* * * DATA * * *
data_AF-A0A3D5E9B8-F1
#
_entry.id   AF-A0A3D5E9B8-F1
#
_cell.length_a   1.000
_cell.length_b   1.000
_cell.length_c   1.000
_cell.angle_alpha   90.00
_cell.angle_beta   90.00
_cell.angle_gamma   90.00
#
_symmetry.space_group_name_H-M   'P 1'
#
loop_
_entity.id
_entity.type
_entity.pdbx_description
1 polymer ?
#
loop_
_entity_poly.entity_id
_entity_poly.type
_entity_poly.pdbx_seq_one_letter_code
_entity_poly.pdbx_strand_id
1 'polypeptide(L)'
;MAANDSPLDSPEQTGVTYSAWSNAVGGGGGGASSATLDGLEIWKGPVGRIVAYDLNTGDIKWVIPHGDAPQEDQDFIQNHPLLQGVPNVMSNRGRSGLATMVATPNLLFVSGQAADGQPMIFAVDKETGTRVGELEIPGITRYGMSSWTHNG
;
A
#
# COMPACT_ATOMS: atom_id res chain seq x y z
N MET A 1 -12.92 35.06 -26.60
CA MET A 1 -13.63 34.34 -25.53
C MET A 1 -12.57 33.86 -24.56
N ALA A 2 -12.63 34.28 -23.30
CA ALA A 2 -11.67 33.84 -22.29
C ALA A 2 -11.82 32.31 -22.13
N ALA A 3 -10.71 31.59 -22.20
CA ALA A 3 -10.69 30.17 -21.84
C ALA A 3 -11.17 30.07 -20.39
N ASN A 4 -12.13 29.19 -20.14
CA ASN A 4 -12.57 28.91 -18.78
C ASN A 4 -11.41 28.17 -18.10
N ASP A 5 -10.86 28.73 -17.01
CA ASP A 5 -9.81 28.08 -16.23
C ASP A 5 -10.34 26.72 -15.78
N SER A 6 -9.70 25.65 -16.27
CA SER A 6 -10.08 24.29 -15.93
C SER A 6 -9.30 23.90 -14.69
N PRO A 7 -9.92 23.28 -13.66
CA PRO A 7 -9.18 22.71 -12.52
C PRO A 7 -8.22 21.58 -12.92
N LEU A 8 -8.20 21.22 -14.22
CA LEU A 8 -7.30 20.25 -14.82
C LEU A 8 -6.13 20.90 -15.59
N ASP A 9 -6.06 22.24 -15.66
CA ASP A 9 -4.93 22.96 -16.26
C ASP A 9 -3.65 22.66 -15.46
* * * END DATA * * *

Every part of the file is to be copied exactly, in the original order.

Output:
data_AF-A0A3D5E9B8-F1
#
_entry.id   AF-A0A3D5E9B8-F1
#
_cell.length_a   1.000
_cell.length_b   1.000
_cell.length_c   1.000
_cell.angle_alpha   90.00
_cell.angle_beta   90.00
_cell.angle_gamma   90.00
#
_symmetry.space_group_name_H-M   'P 1'
#
loop_
_entity.id
_entity.type
_entity.pdbx_description
1 polymer ?
#
loop_
_entity_poly.entity_id
_entity_poly.type
_entity_poly.pdbx_seq_one_letter_code
_entity_poly.pdbx_strand_id
1 'polypeptide(L)'
;MAANDSPLDSPEQTGVTYSAWSNAVGGGGGGASSATLDGLEIWKGPVGRIVAYDLNTGDIKWVIPHGDAPQEDQDFIQNHPLLQGVPNVMSNRGRSGLATMVATPNLLFVSGQAADGQPMIFAVDKETGTRVGELEIPGITRYGMSSWTHNG
;
A
#
# COMPACT_ATOMS: atom_id res chain seq x y z
N MET A 1 -12.92 35.06 -26.60
CA MET A 1 -13.63 34.34 -25.53
C MET A 1 -12.57 33.86 -24.56
N ALA A 2 -12.63 34.28 -23.30
CA ALA A 2 -11.67 33.84 -22.29
C ALA A 2 -11.82 32.31 -22.13
N ALA A 3 -10.71 31.59 -22.20
CA ALA A 3 -10.69 30.17 -21.84
C ALA A 3 -11.17 30.07 -20.39
N ASN A 4 -12.13 29.19 -20.14
CA ASN A 4 -12.57 28.91 -18.78
C ASN A 4 -11.41 28.17 -18.10
N ASP A 5 -10.86 28.73 -17.01
CA ASP A 5 -9.81 28.08 -16.23
C ASP A 5 -10.34 26.72 -15.78
N SER A 6 -9.70 25.65 -16.27
CA SER A 6 -10.08 24.29 -15.93
C SER A 6 -9.30 23.90 -14.69
N PRO A 7 -9.92 23.28 -13.66
CA PRO A 7 -9.18 22.71 -12.52
C PRO A 7 -8.22 21.58 -12.92
N LEU A 8 -8.20 21.22 -14.22
CA LEU A 8 -7.30 20.25 -14.82
C LEU A 8 -6.13 20.90 -15.59
N ASP A 9 -6.06 22.24 -15.66
CA ASP A 9 -4.93 22.96 -16.26
C ASP A 9 -3.65 22.66 -15.46